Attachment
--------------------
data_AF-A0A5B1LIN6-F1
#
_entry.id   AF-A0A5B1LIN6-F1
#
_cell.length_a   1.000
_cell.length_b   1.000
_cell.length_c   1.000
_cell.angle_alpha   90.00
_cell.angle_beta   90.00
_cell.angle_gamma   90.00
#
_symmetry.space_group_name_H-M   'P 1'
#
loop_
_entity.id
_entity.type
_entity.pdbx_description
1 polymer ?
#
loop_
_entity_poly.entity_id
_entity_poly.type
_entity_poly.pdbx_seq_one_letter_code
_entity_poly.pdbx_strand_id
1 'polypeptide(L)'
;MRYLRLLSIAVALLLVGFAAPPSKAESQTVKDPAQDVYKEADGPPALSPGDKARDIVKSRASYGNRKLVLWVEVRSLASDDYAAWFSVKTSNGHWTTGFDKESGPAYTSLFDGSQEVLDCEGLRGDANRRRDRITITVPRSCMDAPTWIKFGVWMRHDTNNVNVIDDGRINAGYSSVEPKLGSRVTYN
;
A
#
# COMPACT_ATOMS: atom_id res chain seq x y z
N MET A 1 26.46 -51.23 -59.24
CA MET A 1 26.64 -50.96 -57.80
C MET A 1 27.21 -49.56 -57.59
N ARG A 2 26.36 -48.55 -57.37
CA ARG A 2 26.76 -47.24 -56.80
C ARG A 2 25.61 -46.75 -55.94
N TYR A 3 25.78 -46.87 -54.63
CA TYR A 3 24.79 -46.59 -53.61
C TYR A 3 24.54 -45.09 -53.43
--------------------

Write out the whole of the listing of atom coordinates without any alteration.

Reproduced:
data_AF-A0A5B1LIN6-F1
#
_entry.id   AF-A0A5B1LIN6-F1
#
_cell.length_a   1.000
_cell.length_b   1.000
_cell.length_c   1.000
_cell.angle_alpha   90.00
_cell.angle_beta   90.00
_cell.angle_gamma   90.00
#
_symmetry.space_group_name_H-M   'P 1'
#
loop_
_entity.id
_entity.type
_entity.pdbx_description
1 polymer ?
#
loop_
_entity_poly.entity_id
_entity_poly.type
_entity_poly.pdbx_seq_one_letter_code
_entity_poly.pdbx_strand_id
1 'polypeptide(L)'
;MRYLRLLSIAVALLLVGFAAPPSKAESQTVKDPAQDVYKEADGPPALSPGDKARDIVKSRASYGNRKLVLWVEVRSLASDDYAAWFSVKTSNGHWTTGFDKESGPAYTSLFDGSQEVLDCEGLRGDANRRRDRITITVPRSCMDAPTWIKFGVWMRHDTNNVNVIDDGRINAGYSSVEPKLGSRVTYN
;
A
#
# COMPACT_ATOMS: atom_id res chain seq x y z
N MET A 1 26.46 -51.23 -59.24
CA MET A 1 26.64 -50.96 -57.80
C MET A 1 27.21 -49.56 -57.59
N ARG A 2 26.36 -48.55 -57.37
CA ARG A 2 26.76 -47.24 -56.80
C ARG A 2 25.61 -46.75 -55.94
N TYR A 3 25.78 -46.87 -54.63
CA TYR A 3 24.79 -46.59 -53.61
C TYR A 3 24.54 -45.09 -53.43